Archive | August, 2012

Word Study and Spelling

26 Aug

Spelling instruction has an impact on the quality of student writing, but also helps students understand how words work at the level of sound, structure and meaning.

-The Literacy and Numeracy Secretariat, Research Monograph #27, Ontario Ministry of Education

Traditionally word knowledge was taught through memorization and spelling lists.  Currently, the preferred form of learning is through Word Study.  In a Word Study students are not assessed based on their ability to memorize the words provided by the teacher; their assessment is based on their ability to recognize and apply word patterns.

In teaching Word Study, teachers should be aware that even the brightest students need the techniques modelled before mastery can occur.  The level of scaffolding provided by the teacher will be dictated by student need.  Word Study is also not to be completed in isolation.  Students should be encouraged to connect the “theme” of the Word Study to their reading and writing, i.e. Word Study notebooks, adding words to a word wall, etc.  Fostering the ability to make connections will aid in student’s transferring word pattern knowledge.  Word Study needs to be planned and consistent as well as presented in multiple formats, i.e., shared, modelled, independent, etc.[1]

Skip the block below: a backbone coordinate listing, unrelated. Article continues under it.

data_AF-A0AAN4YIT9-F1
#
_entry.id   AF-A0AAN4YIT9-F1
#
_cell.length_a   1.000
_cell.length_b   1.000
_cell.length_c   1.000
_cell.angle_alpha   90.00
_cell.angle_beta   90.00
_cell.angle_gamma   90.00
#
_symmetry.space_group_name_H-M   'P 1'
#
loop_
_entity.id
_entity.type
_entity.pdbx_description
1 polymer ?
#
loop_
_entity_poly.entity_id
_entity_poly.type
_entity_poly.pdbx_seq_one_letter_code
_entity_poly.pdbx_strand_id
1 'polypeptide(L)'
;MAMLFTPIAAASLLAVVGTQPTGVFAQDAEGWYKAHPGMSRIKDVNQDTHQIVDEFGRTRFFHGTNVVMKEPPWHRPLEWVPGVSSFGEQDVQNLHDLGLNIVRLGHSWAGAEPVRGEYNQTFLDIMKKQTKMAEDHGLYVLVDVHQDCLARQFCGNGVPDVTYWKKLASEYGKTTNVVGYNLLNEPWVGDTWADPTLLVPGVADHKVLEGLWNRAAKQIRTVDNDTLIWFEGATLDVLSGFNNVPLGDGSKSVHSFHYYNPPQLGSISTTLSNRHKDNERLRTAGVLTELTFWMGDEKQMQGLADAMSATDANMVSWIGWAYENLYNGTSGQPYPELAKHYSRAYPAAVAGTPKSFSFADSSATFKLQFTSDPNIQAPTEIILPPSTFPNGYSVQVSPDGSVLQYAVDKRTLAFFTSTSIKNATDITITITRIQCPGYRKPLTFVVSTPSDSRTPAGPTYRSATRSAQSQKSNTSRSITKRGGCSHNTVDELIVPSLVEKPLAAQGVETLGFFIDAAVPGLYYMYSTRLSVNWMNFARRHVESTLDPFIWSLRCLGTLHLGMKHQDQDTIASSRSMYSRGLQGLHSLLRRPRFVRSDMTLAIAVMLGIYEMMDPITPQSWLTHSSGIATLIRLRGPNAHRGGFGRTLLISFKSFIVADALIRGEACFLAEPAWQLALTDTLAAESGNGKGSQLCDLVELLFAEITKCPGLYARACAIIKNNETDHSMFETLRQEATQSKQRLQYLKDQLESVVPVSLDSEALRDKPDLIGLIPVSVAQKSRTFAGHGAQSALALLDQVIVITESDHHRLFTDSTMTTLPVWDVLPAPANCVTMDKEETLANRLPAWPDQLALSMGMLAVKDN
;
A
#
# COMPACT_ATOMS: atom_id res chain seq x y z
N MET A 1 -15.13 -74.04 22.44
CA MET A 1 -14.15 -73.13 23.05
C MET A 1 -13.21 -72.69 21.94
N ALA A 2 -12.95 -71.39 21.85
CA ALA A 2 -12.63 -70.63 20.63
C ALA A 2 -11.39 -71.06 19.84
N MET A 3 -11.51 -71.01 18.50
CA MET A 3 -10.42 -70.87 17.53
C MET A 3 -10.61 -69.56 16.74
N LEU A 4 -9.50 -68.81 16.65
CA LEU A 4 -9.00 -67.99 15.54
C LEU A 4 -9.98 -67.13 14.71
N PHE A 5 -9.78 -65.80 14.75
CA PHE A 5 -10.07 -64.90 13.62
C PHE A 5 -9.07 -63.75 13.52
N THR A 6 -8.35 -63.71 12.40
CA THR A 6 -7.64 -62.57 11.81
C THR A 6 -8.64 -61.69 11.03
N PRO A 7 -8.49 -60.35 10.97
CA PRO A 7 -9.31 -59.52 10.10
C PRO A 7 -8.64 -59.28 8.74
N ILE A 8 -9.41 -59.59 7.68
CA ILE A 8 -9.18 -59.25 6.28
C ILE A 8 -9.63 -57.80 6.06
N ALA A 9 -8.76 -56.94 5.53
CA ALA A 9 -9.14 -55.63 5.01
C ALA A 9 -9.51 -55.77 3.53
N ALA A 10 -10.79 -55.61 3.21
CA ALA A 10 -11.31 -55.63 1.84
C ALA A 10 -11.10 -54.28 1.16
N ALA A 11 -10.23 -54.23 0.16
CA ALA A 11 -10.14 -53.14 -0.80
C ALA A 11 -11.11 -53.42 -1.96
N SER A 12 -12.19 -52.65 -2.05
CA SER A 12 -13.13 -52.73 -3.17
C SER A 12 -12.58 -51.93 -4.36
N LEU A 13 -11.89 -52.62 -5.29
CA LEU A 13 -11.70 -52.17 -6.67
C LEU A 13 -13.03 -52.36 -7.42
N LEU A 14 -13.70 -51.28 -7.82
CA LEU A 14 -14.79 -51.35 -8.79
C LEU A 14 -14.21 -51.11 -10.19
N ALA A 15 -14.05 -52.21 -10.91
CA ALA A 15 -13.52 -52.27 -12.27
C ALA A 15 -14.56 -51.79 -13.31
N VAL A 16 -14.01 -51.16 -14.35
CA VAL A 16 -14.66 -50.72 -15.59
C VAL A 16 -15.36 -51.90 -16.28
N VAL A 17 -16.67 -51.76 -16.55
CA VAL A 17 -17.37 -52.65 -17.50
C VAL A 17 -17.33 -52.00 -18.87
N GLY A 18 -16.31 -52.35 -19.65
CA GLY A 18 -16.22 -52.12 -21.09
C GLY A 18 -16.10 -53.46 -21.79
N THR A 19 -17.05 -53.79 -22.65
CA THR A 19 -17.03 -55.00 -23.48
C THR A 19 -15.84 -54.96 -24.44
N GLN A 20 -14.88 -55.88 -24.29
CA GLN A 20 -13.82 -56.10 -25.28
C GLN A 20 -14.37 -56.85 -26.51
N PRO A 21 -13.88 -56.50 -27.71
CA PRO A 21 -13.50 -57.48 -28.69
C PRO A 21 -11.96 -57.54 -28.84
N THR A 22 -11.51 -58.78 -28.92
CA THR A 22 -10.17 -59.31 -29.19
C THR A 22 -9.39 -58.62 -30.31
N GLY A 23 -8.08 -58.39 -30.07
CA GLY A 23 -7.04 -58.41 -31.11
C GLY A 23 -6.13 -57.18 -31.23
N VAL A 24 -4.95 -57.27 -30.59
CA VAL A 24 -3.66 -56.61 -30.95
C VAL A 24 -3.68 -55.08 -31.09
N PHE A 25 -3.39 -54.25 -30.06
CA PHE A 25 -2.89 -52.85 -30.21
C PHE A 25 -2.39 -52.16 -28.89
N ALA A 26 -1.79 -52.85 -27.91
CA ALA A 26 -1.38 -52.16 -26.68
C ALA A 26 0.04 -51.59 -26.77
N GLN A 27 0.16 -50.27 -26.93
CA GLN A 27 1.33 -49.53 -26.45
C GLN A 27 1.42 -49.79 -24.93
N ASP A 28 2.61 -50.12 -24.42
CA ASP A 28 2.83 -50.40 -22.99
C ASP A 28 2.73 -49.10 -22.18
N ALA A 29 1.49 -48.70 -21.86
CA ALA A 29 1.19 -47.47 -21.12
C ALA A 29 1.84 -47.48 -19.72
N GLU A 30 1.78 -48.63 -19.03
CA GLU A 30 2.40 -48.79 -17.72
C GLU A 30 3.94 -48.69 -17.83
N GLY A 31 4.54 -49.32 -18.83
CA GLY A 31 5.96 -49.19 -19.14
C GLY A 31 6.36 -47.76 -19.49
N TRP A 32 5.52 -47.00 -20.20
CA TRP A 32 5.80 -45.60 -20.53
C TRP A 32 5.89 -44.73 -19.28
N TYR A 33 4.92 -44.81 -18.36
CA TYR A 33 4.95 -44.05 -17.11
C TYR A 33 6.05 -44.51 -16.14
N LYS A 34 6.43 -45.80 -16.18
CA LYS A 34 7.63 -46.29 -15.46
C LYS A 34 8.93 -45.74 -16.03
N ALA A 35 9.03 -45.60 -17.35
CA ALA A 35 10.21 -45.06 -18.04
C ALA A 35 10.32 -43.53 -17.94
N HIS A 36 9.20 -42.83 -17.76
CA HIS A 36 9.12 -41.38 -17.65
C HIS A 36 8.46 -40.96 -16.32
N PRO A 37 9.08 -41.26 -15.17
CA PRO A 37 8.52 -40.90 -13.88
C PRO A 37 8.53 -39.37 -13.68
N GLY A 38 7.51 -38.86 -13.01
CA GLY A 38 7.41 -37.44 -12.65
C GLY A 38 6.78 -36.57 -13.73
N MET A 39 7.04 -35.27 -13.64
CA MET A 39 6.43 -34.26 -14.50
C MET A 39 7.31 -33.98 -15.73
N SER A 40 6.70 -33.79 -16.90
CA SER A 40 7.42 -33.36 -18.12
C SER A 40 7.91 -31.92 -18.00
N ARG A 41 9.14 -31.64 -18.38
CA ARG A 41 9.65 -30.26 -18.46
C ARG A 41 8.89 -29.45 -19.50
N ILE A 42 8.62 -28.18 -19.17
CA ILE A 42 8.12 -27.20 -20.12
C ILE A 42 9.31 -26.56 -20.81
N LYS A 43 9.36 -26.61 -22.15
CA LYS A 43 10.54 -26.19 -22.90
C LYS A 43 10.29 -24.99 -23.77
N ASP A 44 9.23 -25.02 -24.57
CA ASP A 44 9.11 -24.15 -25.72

Many teachers inspired by teacher resources such as The Daily Five are implementing a Word Study program in their classroom.  We created this Word Sort resource to help teachers with their Word Study programs as current research supports the concept that “focused spelling instruction has also been shown to have an impact on reading comprehension.”[2]  This package provides words and word study activities to help support the acquisition of word knowledge and word patterns.  This word study package is soon to be available on our download section.

Right now our Word Sort Package (both Canadian and American spelling) can be purchased on Teacher’s Notebook http://www.teachersnotebook.com/shop/2writingsisters


[1] Dr, Ruth McQuiter Scott, Literacy and Numeracy Secretariat Monograph #27, Ontario Ministry of Education, September 2010

[2] ibid

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